The house was built for John Errington of Walwick Grange in about 1771 with three storeys and four bays but was much improved and extended by architect Norman Shaw in 1891. The 1891 work included five two-storeyed three-bay wings and a stable block. The stable block is separately Grade II* listed.
Of the five wings, three were diagonal, creating suntrap flanks for the south and west fronts. Shaw's remodelling of Chesters kindled the popularity of the Butterfly plan in the late 19th and early 20th centuries.
The estate was acquired by Nathaniel Clayton (Town Clerk of Newcastle upon Tyne 1785–1822) in 1796. His son John Clayton who succeeded him as Town Clerk in 1822 was a keen antiquarian and excavated the ruins of the Roman fort of Cilurnam adjacent to the house. He made a large collection of Roman artefacts, which is now displayed at Chesters Museum.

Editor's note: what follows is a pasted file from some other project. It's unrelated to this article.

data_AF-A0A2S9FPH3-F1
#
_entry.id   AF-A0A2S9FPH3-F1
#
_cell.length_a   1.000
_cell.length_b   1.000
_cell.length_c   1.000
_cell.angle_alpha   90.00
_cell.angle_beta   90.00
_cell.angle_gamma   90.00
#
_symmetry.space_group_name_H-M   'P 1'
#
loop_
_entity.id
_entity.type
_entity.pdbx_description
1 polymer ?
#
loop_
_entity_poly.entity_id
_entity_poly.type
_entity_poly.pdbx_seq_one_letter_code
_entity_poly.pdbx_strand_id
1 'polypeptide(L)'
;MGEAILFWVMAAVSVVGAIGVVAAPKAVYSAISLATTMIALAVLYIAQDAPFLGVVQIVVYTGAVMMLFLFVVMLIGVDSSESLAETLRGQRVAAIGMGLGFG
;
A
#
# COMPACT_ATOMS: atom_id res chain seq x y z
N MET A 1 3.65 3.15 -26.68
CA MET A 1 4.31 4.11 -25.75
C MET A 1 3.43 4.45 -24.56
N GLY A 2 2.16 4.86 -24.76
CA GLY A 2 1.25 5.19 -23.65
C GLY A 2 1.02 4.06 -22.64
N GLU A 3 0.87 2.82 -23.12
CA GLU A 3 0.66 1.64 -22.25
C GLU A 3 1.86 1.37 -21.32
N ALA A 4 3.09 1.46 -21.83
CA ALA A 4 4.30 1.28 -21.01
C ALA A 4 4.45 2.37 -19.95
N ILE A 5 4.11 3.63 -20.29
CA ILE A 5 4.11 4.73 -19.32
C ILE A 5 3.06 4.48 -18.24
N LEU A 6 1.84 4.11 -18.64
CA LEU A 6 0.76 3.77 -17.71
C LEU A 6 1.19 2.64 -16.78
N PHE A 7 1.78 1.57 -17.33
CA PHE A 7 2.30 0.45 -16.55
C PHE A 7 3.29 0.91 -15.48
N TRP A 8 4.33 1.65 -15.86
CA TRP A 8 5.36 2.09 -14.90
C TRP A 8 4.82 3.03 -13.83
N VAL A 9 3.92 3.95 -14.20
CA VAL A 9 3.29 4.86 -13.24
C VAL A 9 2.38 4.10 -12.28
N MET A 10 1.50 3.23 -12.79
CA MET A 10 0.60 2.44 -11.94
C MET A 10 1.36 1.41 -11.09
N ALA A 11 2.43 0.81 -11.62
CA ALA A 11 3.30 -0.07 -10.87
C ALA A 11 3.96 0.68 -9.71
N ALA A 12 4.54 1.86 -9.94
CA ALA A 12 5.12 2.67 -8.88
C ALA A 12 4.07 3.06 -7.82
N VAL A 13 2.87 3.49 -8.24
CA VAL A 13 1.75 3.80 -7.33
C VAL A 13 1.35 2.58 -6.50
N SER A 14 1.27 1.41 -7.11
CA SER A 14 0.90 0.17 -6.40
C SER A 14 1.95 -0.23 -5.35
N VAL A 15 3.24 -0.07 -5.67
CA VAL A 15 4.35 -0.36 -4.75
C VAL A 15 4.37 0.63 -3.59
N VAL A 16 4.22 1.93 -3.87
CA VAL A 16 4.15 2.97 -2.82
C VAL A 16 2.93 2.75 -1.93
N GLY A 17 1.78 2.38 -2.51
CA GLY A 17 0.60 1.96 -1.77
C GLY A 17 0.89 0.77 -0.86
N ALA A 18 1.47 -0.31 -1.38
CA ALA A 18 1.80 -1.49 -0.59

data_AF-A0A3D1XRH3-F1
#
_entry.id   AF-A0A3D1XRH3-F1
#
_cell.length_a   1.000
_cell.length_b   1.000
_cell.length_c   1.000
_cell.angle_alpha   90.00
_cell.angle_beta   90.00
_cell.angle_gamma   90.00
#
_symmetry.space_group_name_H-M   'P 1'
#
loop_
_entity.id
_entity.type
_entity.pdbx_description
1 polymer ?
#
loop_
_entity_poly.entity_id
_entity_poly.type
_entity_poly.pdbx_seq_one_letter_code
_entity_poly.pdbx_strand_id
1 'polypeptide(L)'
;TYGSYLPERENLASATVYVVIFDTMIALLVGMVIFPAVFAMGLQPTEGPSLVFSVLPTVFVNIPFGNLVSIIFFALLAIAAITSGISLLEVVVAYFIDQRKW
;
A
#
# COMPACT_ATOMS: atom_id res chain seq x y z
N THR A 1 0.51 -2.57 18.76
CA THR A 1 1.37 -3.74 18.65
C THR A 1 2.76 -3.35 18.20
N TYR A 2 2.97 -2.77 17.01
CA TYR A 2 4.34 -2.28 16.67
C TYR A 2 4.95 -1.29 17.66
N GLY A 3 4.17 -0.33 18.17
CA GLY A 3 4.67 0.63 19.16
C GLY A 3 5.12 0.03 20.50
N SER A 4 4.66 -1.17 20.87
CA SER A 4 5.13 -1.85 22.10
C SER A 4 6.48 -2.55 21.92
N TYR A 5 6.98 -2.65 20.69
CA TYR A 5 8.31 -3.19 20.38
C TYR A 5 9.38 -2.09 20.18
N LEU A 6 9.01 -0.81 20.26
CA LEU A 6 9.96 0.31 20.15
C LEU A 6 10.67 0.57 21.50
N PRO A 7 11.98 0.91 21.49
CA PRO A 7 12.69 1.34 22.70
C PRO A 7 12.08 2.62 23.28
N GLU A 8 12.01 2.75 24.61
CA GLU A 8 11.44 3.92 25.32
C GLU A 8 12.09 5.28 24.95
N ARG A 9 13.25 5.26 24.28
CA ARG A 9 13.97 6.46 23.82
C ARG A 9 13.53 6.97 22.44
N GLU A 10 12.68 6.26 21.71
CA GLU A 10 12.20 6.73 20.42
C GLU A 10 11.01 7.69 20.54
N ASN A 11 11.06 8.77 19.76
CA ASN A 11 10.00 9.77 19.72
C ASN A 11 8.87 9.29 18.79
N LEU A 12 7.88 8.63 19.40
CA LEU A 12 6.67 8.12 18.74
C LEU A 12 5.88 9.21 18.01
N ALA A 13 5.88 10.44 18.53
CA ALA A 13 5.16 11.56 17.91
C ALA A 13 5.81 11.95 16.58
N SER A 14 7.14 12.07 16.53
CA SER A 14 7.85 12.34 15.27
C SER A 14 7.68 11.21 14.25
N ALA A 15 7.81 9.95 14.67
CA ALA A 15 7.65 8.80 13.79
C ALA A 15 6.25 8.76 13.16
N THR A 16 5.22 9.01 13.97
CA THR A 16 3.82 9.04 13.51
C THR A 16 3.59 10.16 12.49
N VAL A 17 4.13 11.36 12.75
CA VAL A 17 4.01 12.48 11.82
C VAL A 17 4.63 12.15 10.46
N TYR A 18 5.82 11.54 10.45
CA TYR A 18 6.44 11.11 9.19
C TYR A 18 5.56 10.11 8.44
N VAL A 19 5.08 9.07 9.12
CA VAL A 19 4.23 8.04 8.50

- Historic England. "Chesters (1155585)". National Heritage List for England. Retrieved 24 October 2015.
- The Beauties of England and Wales; Delineations Topographical, Historical and Descriptive Vol XII Pt I Rev J Hodgson and FC Laird (1813) p135 Google Books
- Historic England. "Stable Block 200 Metres North of Chesters (1370562)". National Heritage List for England. Retrieved 24 October 2015.
- Beckett, Matthew (24 October 2012). "The Butterfly House". New architecture blog. Country Life. Retrieved 24 October 2015.